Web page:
If one were to seek out the cosmic sense of Spirit, the journey would guide the mind amongst the flora and fauna of our profound delicate and dynamic natural ecosystem.  The rare beauty of wild plants and animals is only apparent to the observer that chooses to see life in that light, or light in life.  As a young being, I found that connection to nature and have nurtured and strengthened its influence since.  The summer air was sweet, slightly damp with humidity and the sun grew hotter as we progressed on the path deep into the forest.  Focused on the surroundings, my feet carried me in a direction unknown to my conscious mind.

Partially Submerged Colony of Drosera Intermedia

Suddenly, wandering eyes met the glistening drops of “dew” gracefully balanced atop the tentacles of the prey catching leaf structures elegantly extending from the cluster of rosettes comprising a plant from my previous readings described as the Spatulate-leaved Sundew, Drosera intermedia!  I immediately became supersaturated with excitement.  There, directly in front of my toes, was an established colony of D. intermedia, resting peacefully in the sandy soils of a Lake Sheer riparian zone.  This particular carnivorous plant prefers a habitat subject to periodic inundation, or acidic soils, such as wet acid bogs or sandy areas.  A particular feeling arose in my chest when I realized what I was looking at.  It was the kind of intense relative feeling you receive when you begin to understand the magnitude of depth of your experience and what specifically is being offered.  Initially, I was presented with thoughts of accomplishment as I admired the first glimpses of beauty.  Although, as I continued to speculate and learn about its gifts, I was opened to a much greater perspective of it’s internal being.

The plant was obviously unique.  This specie of Drosera has spoon shaped rosettes, leaves that spatulate, or become rounded, toward the tip.  On a healthy plant, the blade may be as long as five millimeters.  The petioles, the part that connects the blade to the stem, are typically about two to three times as long as the blade.  Especially from my premier observation, the plant was nothing short of magnificent.  With red finger-like trichomes stretching out in every direction, each one tipped with a droplet of dewy substance, the Spatulate-leaved Sundew leaves a lasting impression on any encounter.  The moisture collective on each of the glandular leaf hairs is a digestive enzyme used to digest its prey.  When the hairs trap an insect, it allows the prey to roll up the edges of the leaf, triggering an increase in synthesis of particular enzymes protease and phosphatase.  After a couple days progression, the enzymes have reached maximum concentration and the digestion process will reach finale.  These plants strategize nitrogen contained within the insects to compensate for low levels of nitrogen in their acidic habitats.  As previously described, this plant is one that lives and communicates uniquely among the plant kingdom and should be speculated with great admiration and respect.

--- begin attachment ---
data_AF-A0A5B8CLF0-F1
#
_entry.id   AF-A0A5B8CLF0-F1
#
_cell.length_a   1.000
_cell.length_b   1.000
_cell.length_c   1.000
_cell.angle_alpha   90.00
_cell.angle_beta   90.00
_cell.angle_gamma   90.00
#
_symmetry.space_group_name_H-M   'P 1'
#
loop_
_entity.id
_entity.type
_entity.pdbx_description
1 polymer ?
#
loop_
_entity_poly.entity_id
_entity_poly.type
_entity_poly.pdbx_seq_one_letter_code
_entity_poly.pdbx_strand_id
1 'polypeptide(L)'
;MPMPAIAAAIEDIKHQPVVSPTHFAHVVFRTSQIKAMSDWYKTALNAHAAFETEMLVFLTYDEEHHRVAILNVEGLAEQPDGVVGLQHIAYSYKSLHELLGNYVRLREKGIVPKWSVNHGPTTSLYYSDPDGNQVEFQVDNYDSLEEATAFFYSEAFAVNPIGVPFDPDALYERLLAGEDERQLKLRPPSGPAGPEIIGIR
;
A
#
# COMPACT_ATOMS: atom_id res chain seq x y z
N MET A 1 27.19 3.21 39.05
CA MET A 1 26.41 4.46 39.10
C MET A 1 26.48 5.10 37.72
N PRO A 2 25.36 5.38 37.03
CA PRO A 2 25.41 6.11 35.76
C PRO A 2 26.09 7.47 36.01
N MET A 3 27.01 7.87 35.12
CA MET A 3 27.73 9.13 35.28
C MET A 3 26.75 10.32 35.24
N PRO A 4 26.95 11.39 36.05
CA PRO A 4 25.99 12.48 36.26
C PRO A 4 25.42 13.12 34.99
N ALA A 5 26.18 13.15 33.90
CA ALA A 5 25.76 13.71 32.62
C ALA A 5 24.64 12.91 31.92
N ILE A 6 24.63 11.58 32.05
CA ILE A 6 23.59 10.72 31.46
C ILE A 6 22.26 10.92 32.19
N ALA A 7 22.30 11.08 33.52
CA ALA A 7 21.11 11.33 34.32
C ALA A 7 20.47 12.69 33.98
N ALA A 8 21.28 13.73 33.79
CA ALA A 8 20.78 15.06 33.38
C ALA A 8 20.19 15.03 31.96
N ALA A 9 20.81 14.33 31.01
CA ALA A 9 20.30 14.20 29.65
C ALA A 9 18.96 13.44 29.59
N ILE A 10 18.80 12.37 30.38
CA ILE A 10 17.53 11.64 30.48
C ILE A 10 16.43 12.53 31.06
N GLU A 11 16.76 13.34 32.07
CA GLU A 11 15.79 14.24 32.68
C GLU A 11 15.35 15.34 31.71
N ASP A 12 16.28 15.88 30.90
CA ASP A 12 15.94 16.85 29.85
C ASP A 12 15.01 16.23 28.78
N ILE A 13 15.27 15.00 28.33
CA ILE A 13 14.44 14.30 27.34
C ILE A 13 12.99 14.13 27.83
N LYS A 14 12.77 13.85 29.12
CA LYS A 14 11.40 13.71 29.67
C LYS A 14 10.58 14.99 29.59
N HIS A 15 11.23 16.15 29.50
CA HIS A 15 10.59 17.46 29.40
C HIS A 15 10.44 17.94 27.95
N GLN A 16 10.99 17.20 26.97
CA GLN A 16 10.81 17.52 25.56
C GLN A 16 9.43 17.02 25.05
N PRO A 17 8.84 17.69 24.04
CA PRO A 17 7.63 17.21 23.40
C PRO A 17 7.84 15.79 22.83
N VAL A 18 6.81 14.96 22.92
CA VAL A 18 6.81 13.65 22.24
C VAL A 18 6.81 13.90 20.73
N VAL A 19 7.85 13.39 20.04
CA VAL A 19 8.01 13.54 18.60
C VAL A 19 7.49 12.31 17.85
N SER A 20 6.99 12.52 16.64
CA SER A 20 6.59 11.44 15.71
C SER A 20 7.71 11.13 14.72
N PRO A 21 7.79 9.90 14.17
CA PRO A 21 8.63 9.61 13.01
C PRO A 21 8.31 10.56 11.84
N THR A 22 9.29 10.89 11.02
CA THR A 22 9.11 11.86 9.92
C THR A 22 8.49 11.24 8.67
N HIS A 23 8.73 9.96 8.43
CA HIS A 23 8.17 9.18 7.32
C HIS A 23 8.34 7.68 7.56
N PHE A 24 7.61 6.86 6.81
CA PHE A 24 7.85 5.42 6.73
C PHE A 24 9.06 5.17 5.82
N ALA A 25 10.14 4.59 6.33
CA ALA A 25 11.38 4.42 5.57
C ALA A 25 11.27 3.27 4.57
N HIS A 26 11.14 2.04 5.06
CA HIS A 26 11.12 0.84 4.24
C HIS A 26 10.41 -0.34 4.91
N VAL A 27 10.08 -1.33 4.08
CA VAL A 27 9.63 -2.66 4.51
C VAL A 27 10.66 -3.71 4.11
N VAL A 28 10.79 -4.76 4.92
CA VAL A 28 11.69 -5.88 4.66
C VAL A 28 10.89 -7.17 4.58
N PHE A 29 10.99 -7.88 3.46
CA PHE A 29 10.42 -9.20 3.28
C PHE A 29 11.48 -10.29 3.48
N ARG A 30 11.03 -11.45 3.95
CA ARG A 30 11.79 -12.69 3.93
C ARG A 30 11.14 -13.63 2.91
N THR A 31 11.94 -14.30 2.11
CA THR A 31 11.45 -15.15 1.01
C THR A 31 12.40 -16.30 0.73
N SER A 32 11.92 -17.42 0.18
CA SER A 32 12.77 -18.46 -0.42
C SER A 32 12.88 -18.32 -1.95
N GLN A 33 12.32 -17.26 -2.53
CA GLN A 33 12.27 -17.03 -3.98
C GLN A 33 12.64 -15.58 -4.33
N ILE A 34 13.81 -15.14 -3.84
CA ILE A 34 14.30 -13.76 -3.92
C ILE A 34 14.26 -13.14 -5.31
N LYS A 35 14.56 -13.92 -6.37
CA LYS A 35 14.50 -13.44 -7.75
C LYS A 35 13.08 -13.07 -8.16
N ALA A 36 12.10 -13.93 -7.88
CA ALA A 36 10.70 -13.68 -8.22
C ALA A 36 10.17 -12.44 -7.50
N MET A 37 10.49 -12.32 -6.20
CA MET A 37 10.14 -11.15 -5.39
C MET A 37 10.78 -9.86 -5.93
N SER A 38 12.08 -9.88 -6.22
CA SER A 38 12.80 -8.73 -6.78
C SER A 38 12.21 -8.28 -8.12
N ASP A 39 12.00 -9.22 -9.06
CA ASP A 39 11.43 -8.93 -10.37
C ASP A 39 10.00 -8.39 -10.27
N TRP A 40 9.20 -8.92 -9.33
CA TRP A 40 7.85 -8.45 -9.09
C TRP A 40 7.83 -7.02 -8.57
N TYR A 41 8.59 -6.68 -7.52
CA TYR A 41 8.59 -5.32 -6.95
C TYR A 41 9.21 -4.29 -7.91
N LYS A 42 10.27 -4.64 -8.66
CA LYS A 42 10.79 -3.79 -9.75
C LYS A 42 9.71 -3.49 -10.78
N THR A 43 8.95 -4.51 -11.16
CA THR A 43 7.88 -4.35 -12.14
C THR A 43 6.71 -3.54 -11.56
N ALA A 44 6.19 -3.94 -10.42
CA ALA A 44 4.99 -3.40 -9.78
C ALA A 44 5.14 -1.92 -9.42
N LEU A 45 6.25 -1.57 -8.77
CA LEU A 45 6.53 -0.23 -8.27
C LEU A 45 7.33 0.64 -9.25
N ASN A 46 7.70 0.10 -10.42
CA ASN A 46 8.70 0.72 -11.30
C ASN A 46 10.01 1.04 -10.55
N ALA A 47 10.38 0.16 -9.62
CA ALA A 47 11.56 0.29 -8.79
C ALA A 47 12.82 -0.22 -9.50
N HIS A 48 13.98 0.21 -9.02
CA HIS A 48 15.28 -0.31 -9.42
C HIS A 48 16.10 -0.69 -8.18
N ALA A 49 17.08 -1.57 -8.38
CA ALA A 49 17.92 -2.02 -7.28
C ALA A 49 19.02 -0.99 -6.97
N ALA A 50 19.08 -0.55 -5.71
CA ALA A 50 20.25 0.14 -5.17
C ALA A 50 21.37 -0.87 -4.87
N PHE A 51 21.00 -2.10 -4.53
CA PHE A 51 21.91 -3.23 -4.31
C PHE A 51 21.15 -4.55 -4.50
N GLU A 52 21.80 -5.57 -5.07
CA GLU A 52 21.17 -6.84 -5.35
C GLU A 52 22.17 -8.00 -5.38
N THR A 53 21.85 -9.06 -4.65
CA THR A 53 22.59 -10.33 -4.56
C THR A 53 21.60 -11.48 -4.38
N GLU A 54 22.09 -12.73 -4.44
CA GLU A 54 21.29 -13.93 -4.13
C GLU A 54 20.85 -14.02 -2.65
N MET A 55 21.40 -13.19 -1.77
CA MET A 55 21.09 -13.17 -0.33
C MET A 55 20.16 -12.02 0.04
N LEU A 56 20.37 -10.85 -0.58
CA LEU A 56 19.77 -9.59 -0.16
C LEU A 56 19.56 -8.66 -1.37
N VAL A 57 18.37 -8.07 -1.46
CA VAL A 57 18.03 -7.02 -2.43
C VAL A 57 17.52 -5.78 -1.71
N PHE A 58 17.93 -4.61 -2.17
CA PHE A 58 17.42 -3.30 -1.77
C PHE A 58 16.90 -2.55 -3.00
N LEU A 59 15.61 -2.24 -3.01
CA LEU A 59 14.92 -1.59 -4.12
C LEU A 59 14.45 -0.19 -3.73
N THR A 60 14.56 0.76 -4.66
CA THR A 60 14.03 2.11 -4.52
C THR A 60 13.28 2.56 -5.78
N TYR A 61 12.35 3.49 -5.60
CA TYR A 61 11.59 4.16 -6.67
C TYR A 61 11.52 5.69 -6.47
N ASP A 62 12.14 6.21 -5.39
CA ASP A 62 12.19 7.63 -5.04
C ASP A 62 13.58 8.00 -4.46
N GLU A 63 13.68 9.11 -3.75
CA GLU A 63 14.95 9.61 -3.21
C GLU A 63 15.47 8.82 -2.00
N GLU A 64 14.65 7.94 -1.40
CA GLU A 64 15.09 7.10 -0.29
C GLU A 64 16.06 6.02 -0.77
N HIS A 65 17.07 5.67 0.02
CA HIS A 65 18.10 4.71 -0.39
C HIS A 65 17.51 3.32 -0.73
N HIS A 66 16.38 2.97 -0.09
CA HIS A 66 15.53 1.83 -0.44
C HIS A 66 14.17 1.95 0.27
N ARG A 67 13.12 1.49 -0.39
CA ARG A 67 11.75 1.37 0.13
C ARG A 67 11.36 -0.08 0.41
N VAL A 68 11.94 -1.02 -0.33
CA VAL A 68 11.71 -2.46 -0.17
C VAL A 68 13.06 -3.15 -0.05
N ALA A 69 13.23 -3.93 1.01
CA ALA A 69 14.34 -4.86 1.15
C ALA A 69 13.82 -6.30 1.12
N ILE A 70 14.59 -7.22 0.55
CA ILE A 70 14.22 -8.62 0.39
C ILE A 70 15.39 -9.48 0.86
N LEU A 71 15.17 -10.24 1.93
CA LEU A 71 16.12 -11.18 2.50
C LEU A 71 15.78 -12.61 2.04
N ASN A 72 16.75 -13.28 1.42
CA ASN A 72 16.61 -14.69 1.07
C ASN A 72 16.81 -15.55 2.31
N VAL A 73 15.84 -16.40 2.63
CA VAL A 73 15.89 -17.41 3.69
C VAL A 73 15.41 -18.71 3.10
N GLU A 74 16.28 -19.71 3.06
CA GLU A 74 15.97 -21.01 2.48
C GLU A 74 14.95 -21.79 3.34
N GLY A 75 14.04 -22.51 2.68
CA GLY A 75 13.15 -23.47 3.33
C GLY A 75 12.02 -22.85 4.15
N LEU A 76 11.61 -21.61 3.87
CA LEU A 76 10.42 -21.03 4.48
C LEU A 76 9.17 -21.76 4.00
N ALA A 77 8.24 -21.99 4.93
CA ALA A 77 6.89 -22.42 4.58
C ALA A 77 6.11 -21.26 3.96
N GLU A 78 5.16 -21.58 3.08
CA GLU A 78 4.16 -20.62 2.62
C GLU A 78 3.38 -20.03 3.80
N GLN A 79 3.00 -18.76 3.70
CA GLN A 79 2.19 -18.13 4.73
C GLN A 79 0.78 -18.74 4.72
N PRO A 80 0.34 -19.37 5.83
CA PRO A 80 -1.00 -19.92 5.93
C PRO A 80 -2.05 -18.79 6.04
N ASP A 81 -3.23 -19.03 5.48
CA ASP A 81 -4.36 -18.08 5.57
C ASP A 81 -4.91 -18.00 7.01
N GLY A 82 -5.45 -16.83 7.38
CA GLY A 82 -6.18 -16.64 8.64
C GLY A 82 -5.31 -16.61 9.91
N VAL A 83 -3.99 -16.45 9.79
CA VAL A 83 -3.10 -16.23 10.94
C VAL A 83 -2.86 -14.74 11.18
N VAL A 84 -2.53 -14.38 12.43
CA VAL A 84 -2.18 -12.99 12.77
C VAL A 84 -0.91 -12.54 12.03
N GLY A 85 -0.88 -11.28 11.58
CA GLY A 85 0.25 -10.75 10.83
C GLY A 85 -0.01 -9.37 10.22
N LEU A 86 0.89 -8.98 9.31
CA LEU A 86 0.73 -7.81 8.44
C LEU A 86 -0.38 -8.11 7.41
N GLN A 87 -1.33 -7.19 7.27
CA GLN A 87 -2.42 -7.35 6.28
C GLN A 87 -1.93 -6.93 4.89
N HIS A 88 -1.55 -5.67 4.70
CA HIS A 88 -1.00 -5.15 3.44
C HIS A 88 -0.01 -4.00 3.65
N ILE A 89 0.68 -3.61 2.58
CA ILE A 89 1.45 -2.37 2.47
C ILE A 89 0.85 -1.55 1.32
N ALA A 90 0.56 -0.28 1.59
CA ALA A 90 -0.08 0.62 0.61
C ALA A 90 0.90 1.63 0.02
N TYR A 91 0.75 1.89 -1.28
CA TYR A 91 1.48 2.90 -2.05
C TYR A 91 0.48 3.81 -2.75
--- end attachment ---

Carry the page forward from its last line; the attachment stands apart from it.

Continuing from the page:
Drosera intermedia Infloescences